Updated. A canary in the coal mine is the NantHealth (NASDAQ: NH) share price, which has crashed from a 52-week high of $21 to a current value of $4.32. To clarify, it has been in precipitous decline since January, and not just from this report. There is trouble in Culver City. A quick look over at Yahoo!Finance news items now reveal a brace of law firms offering class action lawsuits to shareholders who believe they have suffered losses due to “materially false and misleading statements”, now updated for the above information.

American Telemedicine Association (ATA) 2015

2-5 May 2015, Los Angeles Convention Center, 1201 S Figueroa Street, Los Angeles, California 

ATA’s annual meeting for 2015 connects like-minded telemedicine, telehealth, mHealth professionals and entrepreneurs from around the globe. With over 6,000 attendees, 13 educational tracks and the largest telemedicine trade show in the world, the ATA meeting is a premier forum to learn and network, featuring:

For more information and to register, see our special link here. Telehealth & Telecare Aware is pleased to be again an official media partner of this year’s ATA. 

BlackBerry’s investment: what’s in it for NantHealth

This week’s news of BlackBerry Ltd’s minority investment in the Dr. Patrick Soon-Shiong eight-company combine called NantHealth has generally focused on BlackBerry. Across the board, BlackBerry is depicted as the party badly needing a raison d’être. Down for the count in both retail and enterprise mobile phone markets it dominated for years, BB’s six-months-in-the-saddle CEO is now going back to those same enterprises singing the wonders of their QNX operating system and upcoming BBM Protected communication platform to highly regulated verticals which need max security: healthcare, finance, law enforcement, government. Although FierceCMO inaccurately reported that BlackBerry was acquiring NantHealth (Reuters/WSJ reports to contrary), it’s generated yawns from former tea-leaf readers such as ZDNet as yet another flail of the Berry as it sinks beneath the waves. Add to this the bewilderingly written CNBC ‘Commentary’ under BlackBerry CEO John Chen’s byline–who should fire the ghostwriter for inept generation of blue smoke and mirrors–and you wonder why the very smart Dr. Soon-Shiong even desires the association with a company most consider the equivalent of silent movies. It is certainly not for the investment money, which the doctor has more than most countries–an expenditure carefully considered at BlackBerry, undoubtedly.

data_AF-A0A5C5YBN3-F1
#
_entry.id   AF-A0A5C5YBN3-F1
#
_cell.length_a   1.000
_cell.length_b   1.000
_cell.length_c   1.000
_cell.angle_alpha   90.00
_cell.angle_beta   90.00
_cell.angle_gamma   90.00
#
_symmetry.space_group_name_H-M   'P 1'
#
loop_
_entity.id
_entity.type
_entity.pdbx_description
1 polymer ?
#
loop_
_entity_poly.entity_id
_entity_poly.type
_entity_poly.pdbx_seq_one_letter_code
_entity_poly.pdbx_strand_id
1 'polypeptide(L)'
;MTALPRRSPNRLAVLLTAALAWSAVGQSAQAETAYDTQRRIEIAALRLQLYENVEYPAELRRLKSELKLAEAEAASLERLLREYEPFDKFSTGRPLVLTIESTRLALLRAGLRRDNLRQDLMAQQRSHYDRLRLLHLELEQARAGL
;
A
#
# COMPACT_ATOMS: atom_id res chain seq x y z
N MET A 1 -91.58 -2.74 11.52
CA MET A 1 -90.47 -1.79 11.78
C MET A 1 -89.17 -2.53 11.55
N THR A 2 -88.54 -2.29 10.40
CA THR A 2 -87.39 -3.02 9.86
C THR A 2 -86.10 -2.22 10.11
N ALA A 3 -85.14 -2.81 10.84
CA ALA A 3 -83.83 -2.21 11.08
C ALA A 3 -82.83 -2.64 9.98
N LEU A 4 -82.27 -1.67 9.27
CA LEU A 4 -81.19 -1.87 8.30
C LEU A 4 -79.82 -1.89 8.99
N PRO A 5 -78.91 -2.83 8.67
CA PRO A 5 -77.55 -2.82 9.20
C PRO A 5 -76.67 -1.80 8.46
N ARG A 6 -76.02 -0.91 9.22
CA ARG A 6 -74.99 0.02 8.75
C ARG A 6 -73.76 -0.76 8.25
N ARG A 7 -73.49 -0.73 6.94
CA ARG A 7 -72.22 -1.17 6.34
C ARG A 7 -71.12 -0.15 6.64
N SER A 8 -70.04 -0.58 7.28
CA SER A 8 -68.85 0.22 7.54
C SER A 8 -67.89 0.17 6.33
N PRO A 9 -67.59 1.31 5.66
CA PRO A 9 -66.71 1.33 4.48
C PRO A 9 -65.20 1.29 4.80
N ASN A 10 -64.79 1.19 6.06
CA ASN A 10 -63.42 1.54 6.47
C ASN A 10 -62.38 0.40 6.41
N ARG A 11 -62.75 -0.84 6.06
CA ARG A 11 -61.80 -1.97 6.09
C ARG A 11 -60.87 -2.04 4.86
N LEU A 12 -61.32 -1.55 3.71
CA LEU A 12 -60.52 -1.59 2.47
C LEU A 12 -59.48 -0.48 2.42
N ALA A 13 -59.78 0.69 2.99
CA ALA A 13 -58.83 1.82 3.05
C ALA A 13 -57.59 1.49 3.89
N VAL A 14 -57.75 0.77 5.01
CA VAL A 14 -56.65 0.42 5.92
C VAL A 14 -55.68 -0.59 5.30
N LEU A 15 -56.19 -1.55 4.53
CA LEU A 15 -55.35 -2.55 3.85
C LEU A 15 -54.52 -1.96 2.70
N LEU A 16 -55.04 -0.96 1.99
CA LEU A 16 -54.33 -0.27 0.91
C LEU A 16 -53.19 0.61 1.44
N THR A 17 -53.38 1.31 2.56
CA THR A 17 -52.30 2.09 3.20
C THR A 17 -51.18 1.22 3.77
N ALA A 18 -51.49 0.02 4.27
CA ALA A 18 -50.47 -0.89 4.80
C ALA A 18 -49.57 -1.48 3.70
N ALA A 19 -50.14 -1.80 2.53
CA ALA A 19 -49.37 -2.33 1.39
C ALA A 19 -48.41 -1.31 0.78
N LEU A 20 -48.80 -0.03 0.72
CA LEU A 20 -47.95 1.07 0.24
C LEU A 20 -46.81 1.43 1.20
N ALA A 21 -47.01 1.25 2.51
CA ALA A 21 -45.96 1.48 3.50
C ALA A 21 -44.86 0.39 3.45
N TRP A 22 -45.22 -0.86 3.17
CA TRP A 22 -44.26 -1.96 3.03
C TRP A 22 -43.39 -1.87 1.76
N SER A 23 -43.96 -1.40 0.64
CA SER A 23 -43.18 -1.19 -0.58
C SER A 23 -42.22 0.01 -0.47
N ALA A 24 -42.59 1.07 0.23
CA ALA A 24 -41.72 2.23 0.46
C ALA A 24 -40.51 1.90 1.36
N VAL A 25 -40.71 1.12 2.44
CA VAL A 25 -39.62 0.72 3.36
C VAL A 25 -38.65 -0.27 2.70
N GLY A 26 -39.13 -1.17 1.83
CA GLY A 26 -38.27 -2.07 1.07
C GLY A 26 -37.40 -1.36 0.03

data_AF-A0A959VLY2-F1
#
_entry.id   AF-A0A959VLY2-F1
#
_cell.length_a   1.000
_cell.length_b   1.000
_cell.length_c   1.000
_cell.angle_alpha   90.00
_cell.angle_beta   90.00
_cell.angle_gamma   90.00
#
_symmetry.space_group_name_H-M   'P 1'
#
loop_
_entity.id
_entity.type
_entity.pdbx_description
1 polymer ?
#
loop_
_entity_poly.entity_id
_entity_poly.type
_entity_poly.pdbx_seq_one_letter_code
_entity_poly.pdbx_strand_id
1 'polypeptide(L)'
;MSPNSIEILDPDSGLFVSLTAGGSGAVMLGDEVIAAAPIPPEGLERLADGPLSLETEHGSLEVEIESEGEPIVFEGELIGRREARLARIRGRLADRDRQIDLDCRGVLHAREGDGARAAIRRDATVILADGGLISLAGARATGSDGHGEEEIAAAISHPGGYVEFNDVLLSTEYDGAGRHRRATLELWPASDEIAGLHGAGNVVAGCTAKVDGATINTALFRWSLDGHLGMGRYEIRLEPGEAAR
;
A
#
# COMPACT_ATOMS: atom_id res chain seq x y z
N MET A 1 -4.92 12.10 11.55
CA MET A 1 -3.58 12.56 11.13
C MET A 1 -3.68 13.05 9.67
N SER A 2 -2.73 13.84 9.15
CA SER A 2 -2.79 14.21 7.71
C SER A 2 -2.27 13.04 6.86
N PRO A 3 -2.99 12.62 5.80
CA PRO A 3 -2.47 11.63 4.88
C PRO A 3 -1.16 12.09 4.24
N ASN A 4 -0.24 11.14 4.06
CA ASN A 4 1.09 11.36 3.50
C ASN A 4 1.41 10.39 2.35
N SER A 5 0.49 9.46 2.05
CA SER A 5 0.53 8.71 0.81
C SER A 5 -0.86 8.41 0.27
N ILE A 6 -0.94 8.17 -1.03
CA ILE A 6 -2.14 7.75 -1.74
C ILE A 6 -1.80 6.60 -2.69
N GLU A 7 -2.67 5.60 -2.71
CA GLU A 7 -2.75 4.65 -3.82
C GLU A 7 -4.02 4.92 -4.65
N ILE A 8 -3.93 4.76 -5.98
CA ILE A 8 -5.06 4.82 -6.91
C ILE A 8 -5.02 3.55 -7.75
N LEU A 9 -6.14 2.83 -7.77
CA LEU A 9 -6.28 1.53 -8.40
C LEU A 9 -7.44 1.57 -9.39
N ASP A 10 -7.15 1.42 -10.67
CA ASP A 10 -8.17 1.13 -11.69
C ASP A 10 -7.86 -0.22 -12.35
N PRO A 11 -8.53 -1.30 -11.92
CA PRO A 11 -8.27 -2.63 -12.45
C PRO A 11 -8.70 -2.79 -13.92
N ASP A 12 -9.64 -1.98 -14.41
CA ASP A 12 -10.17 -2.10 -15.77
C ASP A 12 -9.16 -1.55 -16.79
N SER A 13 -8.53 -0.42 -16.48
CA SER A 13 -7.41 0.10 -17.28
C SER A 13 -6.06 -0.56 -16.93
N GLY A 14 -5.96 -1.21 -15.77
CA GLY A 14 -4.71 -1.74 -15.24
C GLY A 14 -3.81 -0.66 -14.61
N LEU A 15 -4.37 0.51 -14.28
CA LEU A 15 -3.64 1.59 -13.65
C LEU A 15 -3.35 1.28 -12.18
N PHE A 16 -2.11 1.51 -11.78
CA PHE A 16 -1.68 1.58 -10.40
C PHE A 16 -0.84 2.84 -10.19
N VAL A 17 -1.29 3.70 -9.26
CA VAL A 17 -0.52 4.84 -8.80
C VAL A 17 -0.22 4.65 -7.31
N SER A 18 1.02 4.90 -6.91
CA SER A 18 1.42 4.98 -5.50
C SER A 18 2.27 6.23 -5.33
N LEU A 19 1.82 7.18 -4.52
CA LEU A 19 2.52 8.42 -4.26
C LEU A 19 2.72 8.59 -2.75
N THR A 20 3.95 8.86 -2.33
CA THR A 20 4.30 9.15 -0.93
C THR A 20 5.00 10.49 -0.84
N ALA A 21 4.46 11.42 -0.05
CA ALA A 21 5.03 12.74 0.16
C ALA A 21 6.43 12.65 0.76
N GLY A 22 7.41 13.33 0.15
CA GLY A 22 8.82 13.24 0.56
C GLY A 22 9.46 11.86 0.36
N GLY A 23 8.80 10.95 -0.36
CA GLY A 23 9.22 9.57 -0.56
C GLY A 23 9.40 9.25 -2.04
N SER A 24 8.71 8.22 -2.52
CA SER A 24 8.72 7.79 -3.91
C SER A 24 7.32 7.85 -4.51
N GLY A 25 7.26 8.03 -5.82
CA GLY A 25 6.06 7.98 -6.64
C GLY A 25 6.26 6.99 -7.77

Cui bono? NantHealth first, BlackBerry second is your Editor’s contrarian bet. Consider these three factors:

  1. Way down the column in most coverage is that BlackBerry and NantHealth are developing a healthcare smartphoneIt will be optimized for 3D images and CT scans but fully usable as a normal smartphone. Release date: late 2014-early 2015 (Reuters). (more…)

Voice-enabled devices–pointer to the future?

LA billionaire and healthcare investor par excellence Patrick Soon-Shiong (his NantHealth raised $31 million earlier this year and owns Vitality, eviti, iSirona, iCOS) has just made a sizable $8 million investment in Fluential, which is developing a voice interface and speech-optimized recognition software for digital health, wellness, and weight management, to run on anything mobile including wearables, and to be released in the spring of 2014. If this works (and better than Siri), it has major implications across the board in the future shape of both consumer and clinical health tech, especially for older adults and those with mobility concerns. Mobihealthnews.